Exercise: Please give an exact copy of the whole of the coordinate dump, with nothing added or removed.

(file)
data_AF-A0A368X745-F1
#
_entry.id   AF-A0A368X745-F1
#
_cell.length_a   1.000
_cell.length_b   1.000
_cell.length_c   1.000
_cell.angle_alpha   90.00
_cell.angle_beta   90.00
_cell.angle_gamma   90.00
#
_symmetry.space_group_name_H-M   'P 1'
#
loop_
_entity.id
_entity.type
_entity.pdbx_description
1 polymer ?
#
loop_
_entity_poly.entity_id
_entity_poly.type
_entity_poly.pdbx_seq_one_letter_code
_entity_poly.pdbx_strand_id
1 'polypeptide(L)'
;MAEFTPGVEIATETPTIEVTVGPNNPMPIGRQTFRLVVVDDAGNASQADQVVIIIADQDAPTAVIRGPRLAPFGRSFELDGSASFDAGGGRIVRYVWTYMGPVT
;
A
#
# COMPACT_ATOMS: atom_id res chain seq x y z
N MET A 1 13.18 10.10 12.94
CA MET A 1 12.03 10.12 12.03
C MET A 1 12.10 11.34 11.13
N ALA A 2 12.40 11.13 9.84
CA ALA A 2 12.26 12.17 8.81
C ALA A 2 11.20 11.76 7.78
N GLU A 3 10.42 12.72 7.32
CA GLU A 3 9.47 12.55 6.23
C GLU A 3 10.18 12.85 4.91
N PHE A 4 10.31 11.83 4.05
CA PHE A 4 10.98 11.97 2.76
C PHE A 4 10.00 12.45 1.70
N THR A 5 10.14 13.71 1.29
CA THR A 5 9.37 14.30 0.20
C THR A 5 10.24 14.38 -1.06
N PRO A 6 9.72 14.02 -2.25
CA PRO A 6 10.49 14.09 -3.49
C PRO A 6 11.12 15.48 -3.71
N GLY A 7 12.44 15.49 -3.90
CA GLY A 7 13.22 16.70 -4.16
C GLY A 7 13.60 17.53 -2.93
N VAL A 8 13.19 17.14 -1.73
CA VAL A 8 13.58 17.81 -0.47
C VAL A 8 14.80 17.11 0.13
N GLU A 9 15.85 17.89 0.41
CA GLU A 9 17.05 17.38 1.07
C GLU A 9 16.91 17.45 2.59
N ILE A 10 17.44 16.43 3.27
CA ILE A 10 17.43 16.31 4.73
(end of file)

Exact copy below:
data_AF-A0A368X745-F1
#
_entry.id   AF-A0A368X745-F1
#
_cell.length_a   1.000
_cell.length_b   1.000
_cell.length_c   1.000
_cell.angle_alpha   90.00
_cell.angle_beta   90.00
_cell.angle_gamma   90.00
#
_symmetry.space_group_name_H-M   'P 1'
#
loop_
_entity.id
_entity.type
_entity.pdbx_description
1 polymer ?
#
loop_
_entity_poly.entity_id
_entity_poly.type
_entity_poly.pdbx_seq_one_letter_code
_entity_poly.pdbx_strand_id
1 'polypeptide(L)'
;MAEFTPGVEIATETPTIEVTVGPNNPMPIGRQTFRLVVVDDAGNASQADQVVIIIADQDAPTAVIRGPRLAPFGRSFELDGSASFDAGGGRIVRYVWTYMGPVT
;
A
#
# COMPACT_ATOMS: atom_id res chain seq x y z
N MET A 1 13.18 10.10 12.94
CA MET A 1 12.03 10.12 12.03
C MET A 1 12.10 11.34 11.13
N ALA A 2 12.40 11.13 9.84
CA ALA A 2 12.26 12.17 8.81
C ALA A 2 11.20 11.76 7.78
N GLU A 3 10.42 12.72 7.32
CA GLU A 3 9.47 12.55 6.23
C GLU A 3 10.18 12.85 4.91
N PHE A 4 10.31 11.83 4.05
CA PHE A 4 10.98 11.97 2.76
C PHE A 4 10.00 12.45 1.70
N THR A 5 10.14 13.71 1.29
CA THR A 5 9.37 14.30 0.20
C THR A 5 10.24 14.38 -1.06
N PRO A 6 9.72 14.02 -2.25
CA PRO A 6 10.49 14.09 -3.49
C PRO A 6 11.12 15.48 -3.71
N GLY A 7 12.44 15.49 -3.90
CA GLY A 7 13.22 16.70 -4.16
C GLY A 7 13.60 17.53 -2.93
N VAL A 8 13.19 17.14 -1.73
CA VAL A 8 13.58 17.81 -0.47
C VAL A 8 14.80 17.11 0.13
N GLU A 9 15.85 17.89 0.41
CA GLU A 9 17.05 17.38 1.07
C GLU A 9 16.91 17.45 2.59
N ILE A 10 17.44 16.43 3.27
CA ILE A 10 17.43 16.31 4.73